Recent study supports link between brain injury and ADHD

December 22nd, 2015

A recent study has demonstrated a link between lifetime traumatic brain injury (TBI) and ADHD in adults, further implicating a relationship between the two conditions.

Over the last 15 years, a number of papers have reported ADHD to be either a consequence of or a potential risk factor for TBI. However, the majority of the populations studied have been limited to adolescents; this recent study from a coalition of Canadian universities is one of the first to investigate this link in an adult population.

Using a sample group of 3,993 adults from Ontario, the team found that, of the individuals who reported experiencing a TBI in their lifetime, 5.9% had previously been diagnosed with ADHD, and 6.6% currently screen positive for ADHD.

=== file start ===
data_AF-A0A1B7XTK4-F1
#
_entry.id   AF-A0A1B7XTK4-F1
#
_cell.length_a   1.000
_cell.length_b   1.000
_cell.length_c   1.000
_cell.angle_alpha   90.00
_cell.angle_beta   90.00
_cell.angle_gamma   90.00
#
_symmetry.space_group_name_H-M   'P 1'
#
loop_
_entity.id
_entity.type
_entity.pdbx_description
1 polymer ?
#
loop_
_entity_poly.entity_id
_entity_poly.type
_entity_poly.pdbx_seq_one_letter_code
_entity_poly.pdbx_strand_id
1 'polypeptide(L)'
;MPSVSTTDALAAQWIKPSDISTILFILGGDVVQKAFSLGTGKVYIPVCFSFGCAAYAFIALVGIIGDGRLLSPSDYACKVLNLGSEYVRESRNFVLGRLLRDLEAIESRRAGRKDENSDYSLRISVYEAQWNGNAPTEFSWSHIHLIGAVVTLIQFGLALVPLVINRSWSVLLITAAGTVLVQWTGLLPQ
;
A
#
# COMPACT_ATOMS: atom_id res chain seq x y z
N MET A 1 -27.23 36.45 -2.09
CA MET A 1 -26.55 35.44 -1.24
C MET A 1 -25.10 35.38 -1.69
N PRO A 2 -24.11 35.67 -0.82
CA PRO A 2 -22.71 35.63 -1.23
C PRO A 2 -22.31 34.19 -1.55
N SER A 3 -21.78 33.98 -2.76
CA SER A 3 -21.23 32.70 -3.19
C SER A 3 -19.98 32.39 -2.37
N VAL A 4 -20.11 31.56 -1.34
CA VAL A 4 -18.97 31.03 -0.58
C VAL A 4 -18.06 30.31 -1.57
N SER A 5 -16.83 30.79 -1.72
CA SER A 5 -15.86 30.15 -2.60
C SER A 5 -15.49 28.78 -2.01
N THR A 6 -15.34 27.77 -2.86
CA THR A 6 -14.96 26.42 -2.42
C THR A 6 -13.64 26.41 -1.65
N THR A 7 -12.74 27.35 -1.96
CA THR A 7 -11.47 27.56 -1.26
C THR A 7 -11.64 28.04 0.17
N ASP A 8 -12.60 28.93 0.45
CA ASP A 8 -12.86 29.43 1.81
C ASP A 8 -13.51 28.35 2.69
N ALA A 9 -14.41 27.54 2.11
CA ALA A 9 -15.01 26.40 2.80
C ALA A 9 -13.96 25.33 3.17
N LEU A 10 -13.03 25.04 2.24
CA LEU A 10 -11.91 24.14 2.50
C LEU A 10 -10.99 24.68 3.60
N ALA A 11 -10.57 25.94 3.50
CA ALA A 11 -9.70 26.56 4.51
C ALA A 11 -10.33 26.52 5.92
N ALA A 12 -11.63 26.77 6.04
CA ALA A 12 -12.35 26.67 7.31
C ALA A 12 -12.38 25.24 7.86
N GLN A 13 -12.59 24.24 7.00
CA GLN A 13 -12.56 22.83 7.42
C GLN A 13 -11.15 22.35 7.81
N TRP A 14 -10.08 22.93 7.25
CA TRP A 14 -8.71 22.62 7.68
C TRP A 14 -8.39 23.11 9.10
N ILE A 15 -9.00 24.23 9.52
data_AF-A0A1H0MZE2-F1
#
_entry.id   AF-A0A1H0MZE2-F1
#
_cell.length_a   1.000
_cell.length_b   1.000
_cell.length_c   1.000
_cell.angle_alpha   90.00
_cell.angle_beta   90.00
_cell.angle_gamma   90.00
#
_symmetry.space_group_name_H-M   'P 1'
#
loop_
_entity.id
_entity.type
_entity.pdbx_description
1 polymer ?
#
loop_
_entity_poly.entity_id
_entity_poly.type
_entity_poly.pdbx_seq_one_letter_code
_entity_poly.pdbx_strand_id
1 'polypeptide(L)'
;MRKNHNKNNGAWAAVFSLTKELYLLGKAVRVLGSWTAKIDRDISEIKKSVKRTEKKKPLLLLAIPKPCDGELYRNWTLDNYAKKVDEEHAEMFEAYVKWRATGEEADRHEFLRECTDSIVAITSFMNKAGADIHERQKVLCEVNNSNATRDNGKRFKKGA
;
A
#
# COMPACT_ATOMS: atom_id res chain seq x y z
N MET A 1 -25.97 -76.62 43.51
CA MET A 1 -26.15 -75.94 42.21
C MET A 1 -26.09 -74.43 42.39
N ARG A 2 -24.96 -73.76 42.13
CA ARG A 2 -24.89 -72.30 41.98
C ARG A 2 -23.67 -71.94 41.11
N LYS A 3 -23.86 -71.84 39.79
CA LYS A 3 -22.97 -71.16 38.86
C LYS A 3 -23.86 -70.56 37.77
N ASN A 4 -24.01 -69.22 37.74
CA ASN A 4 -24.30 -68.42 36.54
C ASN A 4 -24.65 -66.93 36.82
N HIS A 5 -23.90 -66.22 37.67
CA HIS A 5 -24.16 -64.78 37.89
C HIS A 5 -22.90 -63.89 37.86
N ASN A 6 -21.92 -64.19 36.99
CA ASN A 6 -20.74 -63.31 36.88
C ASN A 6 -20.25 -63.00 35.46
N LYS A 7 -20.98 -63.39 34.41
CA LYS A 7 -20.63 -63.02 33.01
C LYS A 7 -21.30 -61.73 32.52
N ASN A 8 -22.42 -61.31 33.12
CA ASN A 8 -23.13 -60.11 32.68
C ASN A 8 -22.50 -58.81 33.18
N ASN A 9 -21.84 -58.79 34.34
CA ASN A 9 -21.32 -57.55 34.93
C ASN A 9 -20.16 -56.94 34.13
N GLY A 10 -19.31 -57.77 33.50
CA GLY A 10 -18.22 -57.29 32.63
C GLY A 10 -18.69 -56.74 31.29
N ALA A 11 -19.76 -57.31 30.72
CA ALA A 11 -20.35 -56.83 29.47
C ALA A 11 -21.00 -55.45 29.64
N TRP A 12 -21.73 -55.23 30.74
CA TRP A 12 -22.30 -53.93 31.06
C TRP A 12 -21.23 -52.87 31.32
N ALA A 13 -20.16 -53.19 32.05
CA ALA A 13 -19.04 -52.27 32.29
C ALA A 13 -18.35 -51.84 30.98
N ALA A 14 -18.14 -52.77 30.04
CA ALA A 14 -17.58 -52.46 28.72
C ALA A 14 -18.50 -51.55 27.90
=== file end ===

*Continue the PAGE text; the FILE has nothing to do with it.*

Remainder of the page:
The results imply that adults who sustain a TBI in their lifetime are more than twice as likely to have a diagnosis of ADHD than those without a history of head trauma. However, the researchers were unable to clarify which condition was the causal factor – it could be that TBI caused ADHD in these adults, or that their ADHD increased their risk of sustaining a TBI.

Although the direction of the relationship remains unknown, it has become increasingly clear that there is a clinically significant link between brain injury and ADHD. As such, it may be useful for clinicians to look for a history of head trauma when assessing an adult patient for ADHD.

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